"When the 'Family' (the television with its 'cousin' announcers and actors) presents an interactive play in which Linda believes she has a role, an actor (Donald Pickering) wearing glasses with thick, black rectangular frames, turns to the camera as it zooms in on him and says, 'What do you think, Linda?'"
(Tom Whalen, Gale Student Resources In Context)
Whalen, Tom. "The Consequences of Passivity: Re-evaluating Truffaut's Fahrenheit 451," in Literature-Film Quarterly, Vol. 35, No. 3, July, 2007, pp. 181(10).
"Members of the public could earn cash by monitoring commercial CCTV cameras in their own home, in a scheme planned to begin next month.
The Internet Eyes website will offer up to £1,000 if viewers spot shoplifting or other crimes in progress.
The site's owners say they want to combine crime prevention with the incentive of winning money.
But civil liberties campaigners say the idea is 'distasteful' and asks private citizens to spy on each other.
The private company scheme - due to go live in Stratford-upon-Avon in November - aims to stream live footage to subscribers' home computers from CCTV cameras installed in shops and other businesses.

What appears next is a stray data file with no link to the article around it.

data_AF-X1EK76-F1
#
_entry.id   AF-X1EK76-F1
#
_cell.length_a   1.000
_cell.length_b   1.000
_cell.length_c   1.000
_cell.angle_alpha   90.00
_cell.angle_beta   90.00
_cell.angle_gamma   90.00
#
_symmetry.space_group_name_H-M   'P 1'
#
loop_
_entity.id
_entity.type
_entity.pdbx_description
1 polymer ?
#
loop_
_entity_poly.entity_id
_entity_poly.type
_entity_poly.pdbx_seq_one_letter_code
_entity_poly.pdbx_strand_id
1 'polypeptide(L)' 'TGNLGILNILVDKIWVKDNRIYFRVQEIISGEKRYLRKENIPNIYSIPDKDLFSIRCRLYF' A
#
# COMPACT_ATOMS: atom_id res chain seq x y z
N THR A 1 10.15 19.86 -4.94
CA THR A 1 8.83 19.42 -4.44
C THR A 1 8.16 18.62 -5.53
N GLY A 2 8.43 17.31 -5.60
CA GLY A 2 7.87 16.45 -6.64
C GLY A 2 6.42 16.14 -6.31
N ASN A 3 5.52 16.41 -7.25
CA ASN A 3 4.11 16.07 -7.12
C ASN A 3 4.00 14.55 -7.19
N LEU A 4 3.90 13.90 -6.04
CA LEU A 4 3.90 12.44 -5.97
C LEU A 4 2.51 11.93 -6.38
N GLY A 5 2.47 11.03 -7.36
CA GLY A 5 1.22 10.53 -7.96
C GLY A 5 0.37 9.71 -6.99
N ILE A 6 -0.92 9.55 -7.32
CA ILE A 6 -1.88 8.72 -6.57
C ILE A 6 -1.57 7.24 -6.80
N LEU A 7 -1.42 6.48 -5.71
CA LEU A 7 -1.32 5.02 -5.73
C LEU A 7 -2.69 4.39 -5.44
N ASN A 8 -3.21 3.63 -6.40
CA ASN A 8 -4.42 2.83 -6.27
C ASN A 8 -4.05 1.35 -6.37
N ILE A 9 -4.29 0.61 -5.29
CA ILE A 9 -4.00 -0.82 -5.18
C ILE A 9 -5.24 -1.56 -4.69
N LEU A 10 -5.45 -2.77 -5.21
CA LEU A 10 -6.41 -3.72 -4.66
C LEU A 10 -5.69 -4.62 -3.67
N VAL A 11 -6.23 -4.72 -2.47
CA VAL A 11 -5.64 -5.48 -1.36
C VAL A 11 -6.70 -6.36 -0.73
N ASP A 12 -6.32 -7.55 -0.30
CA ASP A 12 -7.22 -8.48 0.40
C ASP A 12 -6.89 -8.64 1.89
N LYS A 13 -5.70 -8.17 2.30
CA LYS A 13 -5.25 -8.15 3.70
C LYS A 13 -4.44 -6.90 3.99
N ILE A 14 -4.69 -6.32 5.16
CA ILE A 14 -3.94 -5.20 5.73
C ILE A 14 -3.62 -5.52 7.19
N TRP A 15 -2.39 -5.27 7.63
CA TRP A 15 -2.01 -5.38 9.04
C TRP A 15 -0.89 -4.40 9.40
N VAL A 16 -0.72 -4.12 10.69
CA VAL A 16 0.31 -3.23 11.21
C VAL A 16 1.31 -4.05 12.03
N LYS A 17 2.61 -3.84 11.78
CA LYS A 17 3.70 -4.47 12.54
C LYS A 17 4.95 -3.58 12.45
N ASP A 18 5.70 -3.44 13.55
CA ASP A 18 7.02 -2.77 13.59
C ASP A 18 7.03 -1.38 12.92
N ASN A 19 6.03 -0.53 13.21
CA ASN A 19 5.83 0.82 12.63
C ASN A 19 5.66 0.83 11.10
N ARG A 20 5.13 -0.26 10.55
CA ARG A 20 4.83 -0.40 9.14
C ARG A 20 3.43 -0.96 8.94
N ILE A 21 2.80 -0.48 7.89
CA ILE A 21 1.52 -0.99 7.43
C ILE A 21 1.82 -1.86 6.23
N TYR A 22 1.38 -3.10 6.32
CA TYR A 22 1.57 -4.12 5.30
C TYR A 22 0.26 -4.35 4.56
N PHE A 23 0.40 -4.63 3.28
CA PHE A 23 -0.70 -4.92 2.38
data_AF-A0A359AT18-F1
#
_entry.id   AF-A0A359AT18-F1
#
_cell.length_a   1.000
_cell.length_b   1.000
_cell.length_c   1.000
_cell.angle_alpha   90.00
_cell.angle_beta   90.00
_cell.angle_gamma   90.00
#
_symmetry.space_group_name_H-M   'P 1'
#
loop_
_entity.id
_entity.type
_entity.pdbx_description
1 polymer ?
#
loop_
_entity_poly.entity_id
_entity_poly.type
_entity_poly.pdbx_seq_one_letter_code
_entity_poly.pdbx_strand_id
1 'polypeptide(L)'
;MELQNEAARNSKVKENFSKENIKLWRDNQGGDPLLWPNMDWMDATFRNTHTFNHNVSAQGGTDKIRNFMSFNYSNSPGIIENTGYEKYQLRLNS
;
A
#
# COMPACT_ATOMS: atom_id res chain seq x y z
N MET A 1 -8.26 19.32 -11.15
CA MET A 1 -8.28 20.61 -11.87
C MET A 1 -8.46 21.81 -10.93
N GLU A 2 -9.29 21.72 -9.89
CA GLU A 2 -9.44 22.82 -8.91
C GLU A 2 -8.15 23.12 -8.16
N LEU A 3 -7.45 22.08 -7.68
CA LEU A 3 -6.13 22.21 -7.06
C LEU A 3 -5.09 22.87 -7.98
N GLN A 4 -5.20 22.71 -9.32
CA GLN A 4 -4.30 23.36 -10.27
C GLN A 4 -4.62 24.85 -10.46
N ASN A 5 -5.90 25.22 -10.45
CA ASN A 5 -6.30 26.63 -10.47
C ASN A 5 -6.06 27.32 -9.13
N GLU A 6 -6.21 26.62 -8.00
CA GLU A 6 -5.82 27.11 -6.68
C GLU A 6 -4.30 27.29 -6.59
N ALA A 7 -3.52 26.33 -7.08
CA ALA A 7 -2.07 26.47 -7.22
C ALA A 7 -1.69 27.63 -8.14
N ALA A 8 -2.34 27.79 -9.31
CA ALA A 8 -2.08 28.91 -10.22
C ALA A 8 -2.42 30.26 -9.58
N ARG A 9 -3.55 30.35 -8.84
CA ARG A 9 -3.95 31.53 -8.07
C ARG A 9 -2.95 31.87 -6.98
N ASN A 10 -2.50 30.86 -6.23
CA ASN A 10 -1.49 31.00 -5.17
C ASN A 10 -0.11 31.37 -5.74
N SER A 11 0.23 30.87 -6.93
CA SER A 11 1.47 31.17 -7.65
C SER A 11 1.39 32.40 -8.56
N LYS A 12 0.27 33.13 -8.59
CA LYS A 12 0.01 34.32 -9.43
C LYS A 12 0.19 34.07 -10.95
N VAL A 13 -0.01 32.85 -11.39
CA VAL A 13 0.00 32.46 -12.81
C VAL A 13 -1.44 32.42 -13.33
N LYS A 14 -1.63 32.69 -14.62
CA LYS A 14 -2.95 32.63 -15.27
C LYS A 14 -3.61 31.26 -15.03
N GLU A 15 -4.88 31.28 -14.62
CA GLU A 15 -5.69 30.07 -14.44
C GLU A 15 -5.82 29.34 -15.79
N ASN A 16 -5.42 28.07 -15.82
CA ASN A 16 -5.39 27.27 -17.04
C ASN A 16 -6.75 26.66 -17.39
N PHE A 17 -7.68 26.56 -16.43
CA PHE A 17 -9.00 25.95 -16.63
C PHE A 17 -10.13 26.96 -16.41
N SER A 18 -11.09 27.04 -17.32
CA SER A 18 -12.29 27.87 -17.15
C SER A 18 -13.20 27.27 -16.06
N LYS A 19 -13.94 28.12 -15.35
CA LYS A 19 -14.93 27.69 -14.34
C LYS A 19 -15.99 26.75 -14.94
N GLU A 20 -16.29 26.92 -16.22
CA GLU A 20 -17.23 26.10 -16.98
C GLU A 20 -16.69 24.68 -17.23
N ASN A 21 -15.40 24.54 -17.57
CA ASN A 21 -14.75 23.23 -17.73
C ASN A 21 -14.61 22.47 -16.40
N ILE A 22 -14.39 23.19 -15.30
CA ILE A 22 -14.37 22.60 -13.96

If viewers see a crime in progress, they can press a button to alert store detectives and collect points worth up to £1,000.
Internet Eyes founder James Woodward said: 'This is about crime prevention.
'CCTV isn't watched, it isn't monitored, and not enough cameras are watched at any one time.
'What we're doing is we're putting more eyes onto those cameras so that they are monitored'."
(BBC NEWS, 6 October 2009, UK)
"These themes are reflected in the variety of interactive exhibits on display, the centre piece of which is a room containing cctv cameras where one can see oneself being filmed and where, at a console, one can then produce one’s identity card, with basic information about oneself, including likes and dislikes. These can then be stuck on the outside wall of the room and can be read by other visitors. This appears to be one of the most popular exhibits and an example of an interactive display that works. The reason for this success are that it affords absorption or immersion in an activity in ways that most of the other exhibits do not. It makes no sense here just to look, rather one needs to sit down and get involved in a hands on experience so that one can present a snapshot of oneself to others. There is often a queue to use the computers and after a year the wall outside for sticking the id cards on is filling up. Information on the id cards includes a photo taken by the cctv cameras, first name, place of residence and likes and dislikes, these mostly include foods, football teams, family members, pets and celebrities often in both categories."
(Kevin Hetherington, 2004 p.23)
Hetherington, Kevin. 1997 "The Badlands of Modernity: Heterotopia and Social Ordering", London, UK: Routledge.